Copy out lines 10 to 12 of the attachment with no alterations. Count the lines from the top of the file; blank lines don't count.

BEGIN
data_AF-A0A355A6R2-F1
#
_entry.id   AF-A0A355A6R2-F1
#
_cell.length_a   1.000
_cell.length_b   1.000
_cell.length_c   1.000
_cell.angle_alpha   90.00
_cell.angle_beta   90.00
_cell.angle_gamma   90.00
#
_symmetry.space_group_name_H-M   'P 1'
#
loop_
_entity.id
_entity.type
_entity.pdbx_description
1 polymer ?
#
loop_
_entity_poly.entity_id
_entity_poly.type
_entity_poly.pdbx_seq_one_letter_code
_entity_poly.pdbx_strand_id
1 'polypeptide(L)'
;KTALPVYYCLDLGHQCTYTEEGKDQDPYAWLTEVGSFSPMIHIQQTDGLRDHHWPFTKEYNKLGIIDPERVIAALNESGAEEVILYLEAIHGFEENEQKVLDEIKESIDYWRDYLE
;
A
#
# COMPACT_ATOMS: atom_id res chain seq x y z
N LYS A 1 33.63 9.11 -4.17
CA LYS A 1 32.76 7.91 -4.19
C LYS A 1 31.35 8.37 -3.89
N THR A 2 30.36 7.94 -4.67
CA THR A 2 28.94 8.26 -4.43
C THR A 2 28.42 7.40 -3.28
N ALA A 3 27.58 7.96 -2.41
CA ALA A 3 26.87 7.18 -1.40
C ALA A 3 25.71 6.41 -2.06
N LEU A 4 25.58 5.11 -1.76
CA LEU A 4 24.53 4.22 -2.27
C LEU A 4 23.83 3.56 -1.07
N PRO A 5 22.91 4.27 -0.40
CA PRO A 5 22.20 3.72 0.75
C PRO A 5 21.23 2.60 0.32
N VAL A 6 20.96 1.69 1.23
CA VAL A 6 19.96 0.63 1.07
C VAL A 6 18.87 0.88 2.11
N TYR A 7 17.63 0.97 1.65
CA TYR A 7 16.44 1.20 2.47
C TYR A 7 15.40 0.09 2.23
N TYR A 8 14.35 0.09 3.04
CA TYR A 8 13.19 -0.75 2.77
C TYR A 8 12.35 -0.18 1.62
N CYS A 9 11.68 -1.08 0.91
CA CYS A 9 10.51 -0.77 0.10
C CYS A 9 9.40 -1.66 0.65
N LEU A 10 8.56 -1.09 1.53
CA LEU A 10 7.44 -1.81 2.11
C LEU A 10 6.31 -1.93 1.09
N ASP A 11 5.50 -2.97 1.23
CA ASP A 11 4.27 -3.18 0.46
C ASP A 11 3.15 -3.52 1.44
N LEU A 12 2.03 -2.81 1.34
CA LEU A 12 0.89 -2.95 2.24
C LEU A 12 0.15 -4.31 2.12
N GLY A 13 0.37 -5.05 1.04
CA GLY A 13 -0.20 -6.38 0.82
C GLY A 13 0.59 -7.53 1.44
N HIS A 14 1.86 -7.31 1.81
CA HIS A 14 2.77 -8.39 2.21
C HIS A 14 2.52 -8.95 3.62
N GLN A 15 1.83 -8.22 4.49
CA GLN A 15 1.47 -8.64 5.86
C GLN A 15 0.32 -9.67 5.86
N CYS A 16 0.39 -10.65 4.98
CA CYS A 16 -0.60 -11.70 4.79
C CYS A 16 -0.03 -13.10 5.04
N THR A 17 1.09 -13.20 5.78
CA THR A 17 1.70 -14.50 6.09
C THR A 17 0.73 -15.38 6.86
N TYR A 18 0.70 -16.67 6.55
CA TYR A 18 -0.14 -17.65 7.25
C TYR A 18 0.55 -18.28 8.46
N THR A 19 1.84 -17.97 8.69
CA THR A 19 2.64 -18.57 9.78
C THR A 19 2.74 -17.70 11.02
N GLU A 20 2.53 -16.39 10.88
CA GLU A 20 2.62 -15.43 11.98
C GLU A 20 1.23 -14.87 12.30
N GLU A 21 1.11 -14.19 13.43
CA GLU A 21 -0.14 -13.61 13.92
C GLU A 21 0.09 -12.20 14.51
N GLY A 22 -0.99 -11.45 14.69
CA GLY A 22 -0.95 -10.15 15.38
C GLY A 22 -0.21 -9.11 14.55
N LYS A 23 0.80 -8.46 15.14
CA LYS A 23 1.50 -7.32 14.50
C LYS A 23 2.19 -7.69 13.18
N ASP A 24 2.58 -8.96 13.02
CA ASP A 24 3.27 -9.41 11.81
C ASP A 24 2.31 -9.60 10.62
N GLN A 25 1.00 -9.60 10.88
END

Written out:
_cell.angle_gamma   90.00
#
_symmetry.space_group_name_H-M   'P 1'